You slave over the writing of a great new post for your blog, you’ve researched, hypothesized, edited, spell checked, polished and made it look all pretty….
You Hit Publish….
What happens now? Are you done? Do you move on and push the post idea from your mind – searching for your next killer post?
I’d like to suggest that rather than hitting publish and moving onto your next topic – that a smarter thing to do is to think about how the post you’ve just written might be useful in creating some momentum on your blog.
The problem with many blogs is that they are filled up with posts on similar topics (all within a wider niche) but without any real connection between them. The bloggers feel the pressure to keep producing good content – and in doing so don’t think about the journey that they’re leading readers on.
Here’s my suggestion:
Treat every post you write as an introduction to the next one
What if instead of hitting publish, pushing the post from your mind and then searching for your next post topic – you stopped and asked yourself how that last post you wrote could be extended?
Here’s a few ways to do it:
- Take the Opposite Point of View (like I did earlier in the week with my post on why you should use AdSense and why you shouldn’t)
- Pick up on a Comment left by a reader (answer a question, respond to an idea etc)
- Write an opinion piece on a previous news piece (if a big story breaks and you write about it – follow the post up with a post on what you think about it, how the news might effect you or your readers etc)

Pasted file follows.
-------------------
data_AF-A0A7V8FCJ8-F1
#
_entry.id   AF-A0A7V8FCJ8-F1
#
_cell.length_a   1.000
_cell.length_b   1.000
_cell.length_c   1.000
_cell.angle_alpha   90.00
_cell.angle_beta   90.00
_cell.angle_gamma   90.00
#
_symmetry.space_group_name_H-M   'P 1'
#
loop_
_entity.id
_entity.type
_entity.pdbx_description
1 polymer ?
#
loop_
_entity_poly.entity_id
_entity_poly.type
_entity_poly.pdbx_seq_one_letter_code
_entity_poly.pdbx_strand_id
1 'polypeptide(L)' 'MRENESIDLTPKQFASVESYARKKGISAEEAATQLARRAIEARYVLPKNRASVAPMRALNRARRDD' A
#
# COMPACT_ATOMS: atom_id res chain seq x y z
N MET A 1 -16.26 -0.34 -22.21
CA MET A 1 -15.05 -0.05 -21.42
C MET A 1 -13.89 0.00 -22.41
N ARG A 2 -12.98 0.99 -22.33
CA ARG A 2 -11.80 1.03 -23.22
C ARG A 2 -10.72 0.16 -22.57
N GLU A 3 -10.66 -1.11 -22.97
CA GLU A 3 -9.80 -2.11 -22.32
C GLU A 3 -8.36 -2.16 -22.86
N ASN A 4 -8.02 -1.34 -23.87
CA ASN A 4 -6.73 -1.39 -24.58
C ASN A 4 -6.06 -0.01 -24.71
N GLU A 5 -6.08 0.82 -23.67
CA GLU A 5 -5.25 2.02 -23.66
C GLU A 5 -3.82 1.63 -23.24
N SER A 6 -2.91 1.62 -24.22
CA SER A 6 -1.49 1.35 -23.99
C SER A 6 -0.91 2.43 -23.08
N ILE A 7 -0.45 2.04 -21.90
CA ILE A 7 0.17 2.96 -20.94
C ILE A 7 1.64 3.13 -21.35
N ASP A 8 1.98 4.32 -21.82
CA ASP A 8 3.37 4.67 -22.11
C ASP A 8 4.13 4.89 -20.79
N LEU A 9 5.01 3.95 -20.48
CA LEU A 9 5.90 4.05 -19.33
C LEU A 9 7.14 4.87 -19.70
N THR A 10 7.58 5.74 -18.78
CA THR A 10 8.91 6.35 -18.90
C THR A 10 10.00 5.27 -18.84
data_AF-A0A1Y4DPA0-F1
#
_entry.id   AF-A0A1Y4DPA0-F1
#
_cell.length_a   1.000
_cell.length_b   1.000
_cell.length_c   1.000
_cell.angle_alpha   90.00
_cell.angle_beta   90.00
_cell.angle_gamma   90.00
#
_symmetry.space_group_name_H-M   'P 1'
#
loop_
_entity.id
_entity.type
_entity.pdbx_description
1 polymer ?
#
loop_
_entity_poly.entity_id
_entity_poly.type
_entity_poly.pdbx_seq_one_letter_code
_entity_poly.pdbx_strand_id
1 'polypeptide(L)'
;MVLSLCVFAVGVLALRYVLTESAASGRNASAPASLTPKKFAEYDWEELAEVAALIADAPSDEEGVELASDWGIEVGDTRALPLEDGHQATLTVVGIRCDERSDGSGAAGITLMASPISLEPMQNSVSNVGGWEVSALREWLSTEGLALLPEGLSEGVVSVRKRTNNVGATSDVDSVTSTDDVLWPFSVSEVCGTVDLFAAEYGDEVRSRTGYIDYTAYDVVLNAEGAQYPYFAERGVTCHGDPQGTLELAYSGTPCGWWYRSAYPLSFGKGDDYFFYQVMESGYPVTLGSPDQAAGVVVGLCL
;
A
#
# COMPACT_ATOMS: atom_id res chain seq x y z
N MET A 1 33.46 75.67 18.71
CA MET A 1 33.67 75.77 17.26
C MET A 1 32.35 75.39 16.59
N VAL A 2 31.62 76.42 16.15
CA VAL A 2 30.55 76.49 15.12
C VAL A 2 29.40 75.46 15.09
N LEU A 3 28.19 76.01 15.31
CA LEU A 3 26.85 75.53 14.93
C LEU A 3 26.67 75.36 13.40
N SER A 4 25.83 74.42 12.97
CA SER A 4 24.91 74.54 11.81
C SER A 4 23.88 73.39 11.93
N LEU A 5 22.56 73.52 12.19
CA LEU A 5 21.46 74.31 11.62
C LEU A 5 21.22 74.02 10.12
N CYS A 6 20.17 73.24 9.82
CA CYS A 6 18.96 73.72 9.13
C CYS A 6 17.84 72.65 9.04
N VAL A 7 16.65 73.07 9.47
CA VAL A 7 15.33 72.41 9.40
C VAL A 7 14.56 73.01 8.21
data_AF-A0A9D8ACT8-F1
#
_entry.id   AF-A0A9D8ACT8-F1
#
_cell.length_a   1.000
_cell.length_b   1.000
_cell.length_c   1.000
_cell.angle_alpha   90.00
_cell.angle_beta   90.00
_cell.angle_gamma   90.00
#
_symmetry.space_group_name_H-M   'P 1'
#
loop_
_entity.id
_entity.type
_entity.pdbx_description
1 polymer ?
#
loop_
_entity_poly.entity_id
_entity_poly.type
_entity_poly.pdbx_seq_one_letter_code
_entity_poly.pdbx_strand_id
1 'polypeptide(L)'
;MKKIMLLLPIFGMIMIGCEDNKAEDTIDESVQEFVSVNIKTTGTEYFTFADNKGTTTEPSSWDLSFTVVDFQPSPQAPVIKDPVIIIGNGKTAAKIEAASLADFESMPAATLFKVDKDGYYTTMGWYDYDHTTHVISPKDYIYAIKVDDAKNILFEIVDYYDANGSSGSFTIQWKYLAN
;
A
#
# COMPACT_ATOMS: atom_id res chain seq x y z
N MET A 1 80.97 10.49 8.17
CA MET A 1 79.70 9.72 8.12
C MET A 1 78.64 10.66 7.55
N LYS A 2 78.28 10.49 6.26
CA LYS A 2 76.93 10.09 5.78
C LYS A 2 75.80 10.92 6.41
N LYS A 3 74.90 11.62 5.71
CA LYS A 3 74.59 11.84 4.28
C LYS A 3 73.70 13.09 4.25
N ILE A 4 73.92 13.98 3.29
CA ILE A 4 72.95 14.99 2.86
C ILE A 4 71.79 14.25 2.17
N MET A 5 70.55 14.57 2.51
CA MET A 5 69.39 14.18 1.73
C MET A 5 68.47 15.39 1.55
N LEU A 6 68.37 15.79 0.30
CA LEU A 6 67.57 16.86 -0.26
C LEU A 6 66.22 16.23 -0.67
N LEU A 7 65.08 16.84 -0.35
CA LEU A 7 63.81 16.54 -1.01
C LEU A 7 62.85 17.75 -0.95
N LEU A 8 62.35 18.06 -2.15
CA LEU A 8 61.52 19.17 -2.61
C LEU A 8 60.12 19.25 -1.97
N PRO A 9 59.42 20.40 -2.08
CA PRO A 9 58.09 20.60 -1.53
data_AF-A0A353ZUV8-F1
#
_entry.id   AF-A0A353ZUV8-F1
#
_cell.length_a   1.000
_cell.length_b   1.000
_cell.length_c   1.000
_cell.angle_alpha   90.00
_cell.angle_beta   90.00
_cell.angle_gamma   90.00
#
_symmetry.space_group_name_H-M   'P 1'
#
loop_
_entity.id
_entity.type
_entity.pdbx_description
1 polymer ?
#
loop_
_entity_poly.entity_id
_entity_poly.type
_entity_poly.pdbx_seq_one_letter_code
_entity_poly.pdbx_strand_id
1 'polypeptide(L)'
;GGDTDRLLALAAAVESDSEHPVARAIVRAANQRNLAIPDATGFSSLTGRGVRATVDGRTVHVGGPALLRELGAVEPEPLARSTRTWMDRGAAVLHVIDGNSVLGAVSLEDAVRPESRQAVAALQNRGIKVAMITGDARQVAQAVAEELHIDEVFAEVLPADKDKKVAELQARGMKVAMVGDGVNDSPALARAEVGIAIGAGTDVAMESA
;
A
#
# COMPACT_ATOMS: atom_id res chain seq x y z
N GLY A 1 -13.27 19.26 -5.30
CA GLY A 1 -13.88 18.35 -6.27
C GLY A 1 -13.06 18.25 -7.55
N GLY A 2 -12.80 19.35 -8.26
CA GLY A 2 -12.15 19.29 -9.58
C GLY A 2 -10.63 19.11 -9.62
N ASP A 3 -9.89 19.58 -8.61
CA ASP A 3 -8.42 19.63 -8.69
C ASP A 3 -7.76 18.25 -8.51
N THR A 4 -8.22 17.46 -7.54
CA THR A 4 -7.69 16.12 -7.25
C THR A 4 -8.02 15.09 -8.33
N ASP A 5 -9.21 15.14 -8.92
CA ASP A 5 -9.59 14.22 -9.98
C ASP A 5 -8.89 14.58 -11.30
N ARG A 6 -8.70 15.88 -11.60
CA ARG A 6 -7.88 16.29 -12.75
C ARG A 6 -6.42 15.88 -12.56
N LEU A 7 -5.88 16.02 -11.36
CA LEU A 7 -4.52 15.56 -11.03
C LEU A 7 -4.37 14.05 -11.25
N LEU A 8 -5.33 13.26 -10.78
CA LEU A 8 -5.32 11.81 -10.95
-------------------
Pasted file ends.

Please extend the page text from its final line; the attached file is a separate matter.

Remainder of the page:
- Write a followup ‘how to’ post after writing a more theoretical one
- Explore Alternatives to an idea that you’ve written (for example, next week I’m planning a post following up on the AdSense ones from the last few days that explores alternative networks to AdSense).
I’m sure that there’s a lot more ways to do it – but the key is to look at each post you’ve written as an opportunity to write a stream of posts that build on one another.
Not every post that you write will be suited to this (and that’s OK) and the posts that build upon one another don’t have to be formally tied as a series one after another – but over time if you build upon the things that you’ve previously written you’ll find that readers pick up on the threads that you’re exploring and will feel as though they’ve been taken on a journey with you.
update: I’ve extended this post with a practical example of how I do it using Mind Mapping.